Posted by chris caerts on April 28, 2011
Google has recently reassured the market that Android will continue to be the open and processor neutral platform that it was meant to be, without lock-downs or restrictions against UI customizations. The dust up was because Google wants to avoid the type of fragmentation that would prevent applications like the latest hot Angry Birds Rio game that you just downloaded from working on your device.
Android enables the development of portable microprocessor neutral applications that can run on any device equipped with a proper and compliant version of Android. But portability can come with a performance penalty – run-time translation of processor neutral code to target specific machine code is slower than running the same code built natively. Therefore, to achieve required performance levels for the most demanding applications, the Native Development Kit (NDK) can be used to support native application building for a specific target. While this may be required for the most demanding games it shouldn’t be used for most applications. Tim Bray pointed this out at the latest Google Developer Day in Brazil, saying that the NDK is used more often than needed; just because it is available and because it can be done. And, when doing so, portability is sacrificed at the expense of non-essential performance boosts.
This over-enthusiastic deployment of the NDK is not only causing compatibility problems between different 32-bit microprocessor architectures (ARM, MIPS, ARC, Intel) but even between different vendors using the same processor architecture. So if Google is going to push to prevent NDK over-use and guard its usage for what it is meant for, this is good and we will all benefit from the promise brought by Android of every application running on every device.
At the age of 10 Mike begged his father to get him a computer. Never mind that at the time computers were the size of a large office and cost millions of dollars. Yes, Mike is no spring chicken and he didn’t get the computer, although his father did give him an abacus telling him that it would enable him to use the computer that he already had between his ears, which was not appreciated. Whether it was due to the trauma that resulted from using an abacus or just Mike’s love of anything electronic he has spent the last 30 years or so designing, building, and programming computers, microprocessors, and microcontrollers and developing applications that run on them. And his fascination continues with the definition of new processors and architectures in his search for the holy grail of computing: infinite performance at zero power consumption. Statistically speaking he is convinced it is just a matter of time.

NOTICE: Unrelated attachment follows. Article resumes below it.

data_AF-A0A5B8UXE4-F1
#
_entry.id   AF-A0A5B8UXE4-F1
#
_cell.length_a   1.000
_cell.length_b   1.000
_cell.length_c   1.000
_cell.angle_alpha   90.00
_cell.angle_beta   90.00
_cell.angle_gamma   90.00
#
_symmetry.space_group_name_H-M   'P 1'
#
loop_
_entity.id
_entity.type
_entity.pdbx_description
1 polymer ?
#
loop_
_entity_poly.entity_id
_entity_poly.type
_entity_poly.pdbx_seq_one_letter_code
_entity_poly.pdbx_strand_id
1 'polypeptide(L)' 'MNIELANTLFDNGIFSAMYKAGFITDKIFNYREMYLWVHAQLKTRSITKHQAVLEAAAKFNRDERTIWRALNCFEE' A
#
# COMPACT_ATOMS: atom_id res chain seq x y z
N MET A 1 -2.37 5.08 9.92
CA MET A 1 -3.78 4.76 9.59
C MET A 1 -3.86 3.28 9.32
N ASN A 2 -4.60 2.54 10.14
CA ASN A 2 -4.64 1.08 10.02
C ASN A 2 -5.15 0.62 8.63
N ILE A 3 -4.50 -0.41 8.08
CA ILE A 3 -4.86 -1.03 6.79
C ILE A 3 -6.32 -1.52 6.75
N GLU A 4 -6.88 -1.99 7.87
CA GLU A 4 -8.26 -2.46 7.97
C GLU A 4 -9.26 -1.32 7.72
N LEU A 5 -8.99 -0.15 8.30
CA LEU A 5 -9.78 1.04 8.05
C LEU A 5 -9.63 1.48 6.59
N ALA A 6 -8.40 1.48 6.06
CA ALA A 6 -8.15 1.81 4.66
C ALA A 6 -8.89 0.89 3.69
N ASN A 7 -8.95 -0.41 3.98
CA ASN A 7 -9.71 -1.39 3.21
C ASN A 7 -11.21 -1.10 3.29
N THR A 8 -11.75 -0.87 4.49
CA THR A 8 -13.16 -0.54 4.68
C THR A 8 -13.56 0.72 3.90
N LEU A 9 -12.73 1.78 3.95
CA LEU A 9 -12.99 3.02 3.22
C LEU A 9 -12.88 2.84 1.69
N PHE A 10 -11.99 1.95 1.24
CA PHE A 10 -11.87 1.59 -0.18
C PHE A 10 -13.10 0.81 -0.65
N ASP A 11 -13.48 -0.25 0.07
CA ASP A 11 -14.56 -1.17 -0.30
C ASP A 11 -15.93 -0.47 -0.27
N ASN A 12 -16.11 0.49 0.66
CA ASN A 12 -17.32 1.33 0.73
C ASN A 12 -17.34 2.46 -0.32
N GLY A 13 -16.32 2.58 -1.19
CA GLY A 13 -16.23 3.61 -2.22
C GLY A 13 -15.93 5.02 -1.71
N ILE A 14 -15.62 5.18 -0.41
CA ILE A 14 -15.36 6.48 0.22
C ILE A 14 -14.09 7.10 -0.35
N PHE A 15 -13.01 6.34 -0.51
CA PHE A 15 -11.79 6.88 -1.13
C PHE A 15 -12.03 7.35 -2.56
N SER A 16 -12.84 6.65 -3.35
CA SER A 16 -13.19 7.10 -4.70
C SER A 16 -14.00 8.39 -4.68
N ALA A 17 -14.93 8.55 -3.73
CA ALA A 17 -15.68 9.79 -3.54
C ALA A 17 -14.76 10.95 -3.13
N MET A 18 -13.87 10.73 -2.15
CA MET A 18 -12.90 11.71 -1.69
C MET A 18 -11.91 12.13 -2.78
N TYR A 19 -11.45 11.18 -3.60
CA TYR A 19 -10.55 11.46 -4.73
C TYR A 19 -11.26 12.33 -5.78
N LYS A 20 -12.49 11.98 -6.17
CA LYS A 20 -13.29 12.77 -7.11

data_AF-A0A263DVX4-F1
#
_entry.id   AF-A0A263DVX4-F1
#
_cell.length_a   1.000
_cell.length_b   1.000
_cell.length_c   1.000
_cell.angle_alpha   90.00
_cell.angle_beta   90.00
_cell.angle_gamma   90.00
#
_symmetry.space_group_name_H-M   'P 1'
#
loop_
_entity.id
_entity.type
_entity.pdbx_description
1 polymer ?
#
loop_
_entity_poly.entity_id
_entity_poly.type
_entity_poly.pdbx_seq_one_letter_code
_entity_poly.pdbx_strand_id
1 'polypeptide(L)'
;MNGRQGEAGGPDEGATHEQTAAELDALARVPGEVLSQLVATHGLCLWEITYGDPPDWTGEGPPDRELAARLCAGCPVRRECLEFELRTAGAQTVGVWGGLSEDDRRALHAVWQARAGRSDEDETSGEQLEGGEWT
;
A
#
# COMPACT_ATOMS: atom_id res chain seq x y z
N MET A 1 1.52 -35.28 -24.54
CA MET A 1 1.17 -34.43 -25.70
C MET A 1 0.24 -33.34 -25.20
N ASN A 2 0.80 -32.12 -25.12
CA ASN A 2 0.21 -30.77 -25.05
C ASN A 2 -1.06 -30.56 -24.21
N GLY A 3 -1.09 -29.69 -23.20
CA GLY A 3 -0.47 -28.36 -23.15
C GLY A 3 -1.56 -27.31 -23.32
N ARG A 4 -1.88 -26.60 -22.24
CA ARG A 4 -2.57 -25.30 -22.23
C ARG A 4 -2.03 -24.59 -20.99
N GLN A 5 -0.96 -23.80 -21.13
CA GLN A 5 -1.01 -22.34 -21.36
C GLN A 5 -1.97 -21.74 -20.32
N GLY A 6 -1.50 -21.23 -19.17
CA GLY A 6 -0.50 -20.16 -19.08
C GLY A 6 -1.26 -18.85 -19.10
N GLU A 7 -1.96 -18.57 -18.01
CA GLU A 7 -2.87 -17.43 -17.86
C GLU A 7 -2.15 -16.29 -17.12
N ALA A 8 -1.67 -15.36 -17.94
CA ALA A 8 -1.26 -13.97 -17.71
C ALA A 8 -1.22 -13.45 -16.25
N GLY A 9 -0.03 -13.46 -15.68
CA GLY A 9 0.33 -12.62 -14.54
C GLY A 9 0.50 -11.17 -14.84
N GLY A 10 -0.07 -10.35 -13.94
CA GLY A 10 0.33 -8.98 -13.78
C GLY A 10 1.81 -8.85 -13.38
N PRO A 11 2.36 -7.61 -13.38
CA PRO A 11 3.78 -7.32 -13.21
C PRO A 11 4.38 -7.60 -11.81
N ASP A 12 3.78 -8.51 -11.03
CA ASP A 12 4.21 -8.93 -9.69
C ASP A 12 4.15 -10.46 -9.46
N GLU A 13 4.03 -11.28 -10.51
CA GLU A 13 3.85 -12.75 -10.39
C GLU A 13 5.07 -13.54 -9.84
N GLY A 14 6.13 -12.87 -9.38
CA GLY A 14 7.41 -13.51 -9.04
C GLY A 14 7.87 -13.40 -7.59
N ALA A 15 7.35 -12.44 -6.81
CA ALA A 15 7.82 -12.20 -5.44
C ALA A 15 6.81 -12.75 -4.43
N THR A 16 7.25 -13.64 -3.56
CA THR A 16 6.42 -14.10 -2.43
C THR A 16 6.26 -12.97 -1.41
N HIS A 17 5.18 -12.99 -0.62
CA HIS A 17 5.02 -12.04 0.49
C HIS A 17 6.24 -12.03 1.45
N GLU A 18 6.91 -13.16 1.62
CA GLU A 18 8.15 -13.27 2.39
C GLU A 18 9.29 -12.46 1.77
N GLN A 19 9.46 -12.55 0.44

Allen started in the ‘semiconductor IP industry’ before it was called the ‘semiconductor IP industry’. Back then, it was about ‘megafunctions’, ‘megablocks’ or MegaMacros™ (as trademarked by the pioneering UK IP company Allen was with… no, not that UK company). The biggest of these ‘mega’ things was an 8051! Today, of course, IP blocks are much larger and much more complex. And, it’s about the software, as well as the hardware. It’s also about working with a set of partners, sometimes called an ecosystem or community. Allen has been doing that for many years and is enjoying working with old and new friends on the ARC processor ecosystem.